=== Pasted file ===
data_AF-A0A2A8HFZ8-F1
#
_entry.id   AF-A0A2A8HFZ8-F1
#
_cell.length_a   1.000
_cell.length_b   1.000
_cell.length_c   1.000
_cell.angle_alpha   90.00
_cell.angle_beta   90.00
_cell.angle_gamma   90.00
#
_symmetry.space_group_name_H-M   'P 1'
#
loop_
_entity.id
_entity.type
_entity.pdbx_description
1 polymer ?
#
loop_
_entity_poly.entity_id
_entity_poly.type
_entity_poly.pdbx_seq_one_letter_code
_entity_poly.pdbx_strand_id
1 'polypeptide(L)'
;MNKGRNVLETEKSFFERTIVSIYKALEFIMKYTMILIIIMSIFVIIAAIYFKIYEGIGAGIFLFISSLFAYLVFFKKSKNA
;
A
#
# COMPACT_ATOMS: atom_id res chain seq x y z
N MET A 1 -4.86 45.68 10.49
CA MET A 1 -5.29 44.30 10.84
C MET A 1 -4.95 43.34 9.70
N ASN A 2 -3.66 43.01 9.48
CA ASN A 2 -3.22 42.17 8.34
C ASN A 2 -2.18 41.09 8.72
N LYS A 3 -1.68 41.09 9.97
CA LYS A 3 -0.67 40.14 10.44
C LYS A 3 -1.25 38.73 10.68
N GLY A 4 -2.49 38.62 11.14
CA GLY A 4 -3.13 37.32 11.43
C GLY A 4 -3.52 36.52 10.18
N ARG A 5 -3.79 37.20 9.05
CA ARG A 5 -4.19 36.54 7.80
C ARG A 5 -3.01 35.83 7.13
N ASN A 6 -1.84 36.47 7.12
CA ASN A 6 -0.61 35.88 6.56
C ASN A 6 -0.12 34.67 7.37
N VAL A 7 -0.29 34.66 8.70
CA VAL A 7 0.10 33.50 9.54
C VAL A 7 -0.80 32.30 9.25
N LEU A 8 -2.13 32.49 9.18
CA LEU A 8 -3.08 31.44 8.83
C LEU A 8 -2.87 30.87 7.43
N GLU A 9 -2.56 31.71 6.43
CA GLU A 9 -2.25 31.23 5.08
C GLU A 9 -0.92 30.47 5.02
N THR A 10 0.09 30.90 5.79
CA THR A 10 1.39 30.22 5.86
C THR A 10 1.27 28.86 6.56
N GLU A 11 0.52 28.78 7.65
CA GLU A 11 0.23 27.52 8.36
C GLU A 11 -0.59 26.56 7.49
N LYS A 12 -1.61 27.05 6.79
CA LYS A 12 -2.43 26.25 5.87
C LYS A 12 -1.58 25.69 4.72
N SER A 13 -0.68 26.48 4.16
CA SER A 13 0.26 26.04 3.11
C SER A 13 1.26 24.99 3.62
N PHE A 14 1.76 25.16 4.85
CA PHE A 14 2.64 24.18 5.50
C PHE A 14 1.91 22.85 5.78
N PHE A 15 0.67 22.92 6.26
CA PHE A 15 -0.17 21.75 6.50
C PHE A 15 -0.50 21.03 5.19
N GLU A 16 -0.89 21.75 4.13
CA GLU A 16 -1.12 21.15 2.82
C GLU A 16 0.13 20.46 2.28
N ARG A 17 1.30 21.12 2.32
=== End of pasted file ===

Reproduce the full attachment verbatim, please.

data_AF-A0A2A8HFZ8-F1
#
_entry.id   AF-A0A2A8HFZ8-F1
#
_cell.length_a   1.000
_cell.length_b   1.000
_cell.length_c   1.000
_cell.angle_alpha   90.00
_cell.angle_beta   90.00
_cell.angle_gamma   90.00
#
_symmetry.space_group_name_H-M   'P 1'
#
loop_
_entity.id
_entity.type
_entity.pdbx_description
1 polymer ?
#
loop_
_entity_poly.entity_id
_entity_poly.type
_entity_poly.pdbx_seq_one_letter_code
_entity_poly.pdbx_strand_id
1 'polypeptide(L)'
;MNKGRNVLETEKSFFERTIVSIYKALEFIMKYTMILIIIMSIFVIIAAIYFKIYEGIGAGIFLFISSLFAYLVFFKKSKNA
;
A
#
# COMPACT_ATOMS: atom_id res chain seq x y z
N MET A 1 -4.86 45.68 10.49
CA MET A 1 -5.29 44.30 10.84
C MET A 1 -4.95 43.34 9.70
N ASN A 2 -3.66 43.01 9.48
CA ASN A 2 -3.22 42.17 8.34
C ASN A 2 -2.18 41.09 8.72
N LYS A 3 -1.68 41.09 9.97
CA LYS A 3 -0.67 40.14 10.44
C LYS A 3 -1.25 38.73 10.68
N GLY A 4 -2.49 38.62 11.14
CA GLY A 4 -3.13 37.32 11.43
C GLY A 4 -3.52 36.52 10.18
N ARG A 5 -3.79 37.20 9.05
CA ARG A 5 -4.19 36.54 7.80
C ARG A 5 -3.01 35.83 7.13
N ASN A 6 -1.84 36.47 7.12
CA ASN A 6 -0.61 35.88 6.56
C ASN A 6 -0.12 34.67 7.37
N VAL A 7 -0.29 34.66 8.70
CA VAL A 7 0.10 33.50 9.54
C VAL A 7 -0.80 32.30 9.25
N LEU A 8 -2.13 32.49 9.18
CA LEU A 8 -3.08 31.44 8.83
C LEU A 8 -2.87 30.87 7.43
N GLU A 9 -2.56 31.71 6.43
CA GLU A 9 -2.25 31.23 5.08
C GLU A 9 -0.92 30.47 5.02
N THR A 10 0.09 30.90 5.79
CA THR A 10 1.39 30.22 5.86
C THR A 10 1.27 28.86 6.56
N GLU A 11 0.52 28.78 7.65
CA GLU A 11 0.23 27.52 8.36
C GLU A 11 -0.59 26.56 7.49
N LYS A 12 -1.61 27.05 6.79
CA LYS A 12 -2.43 26.25 5.87
C LYS A 12 -1.58 25.69 4.72
N SER A 13 -0.68 26.48 4.16
CA SER A 13 0.26 26.04 3.11
C SER A 13 1.26 24.99 3.62
N PHE A 14 1.76 25.16 4.85
CA PHE A 14 2.64 24.18 5.50
C PHE A 14 1.91 22.85 5.78
N PHE A 15 0.67 22.92 6.26
CA PHE A 15 -0.17 21.75 6.50
C PHE A 15 -0.50 21.03 5.19
N GLU A 16 -0.89 21.75 4.13
CA GLU A 16 -1.12 21.15 2.82
C GLU A 16 0.13 20.46 2.28
N ARG A 17 1.30 21.12 2.32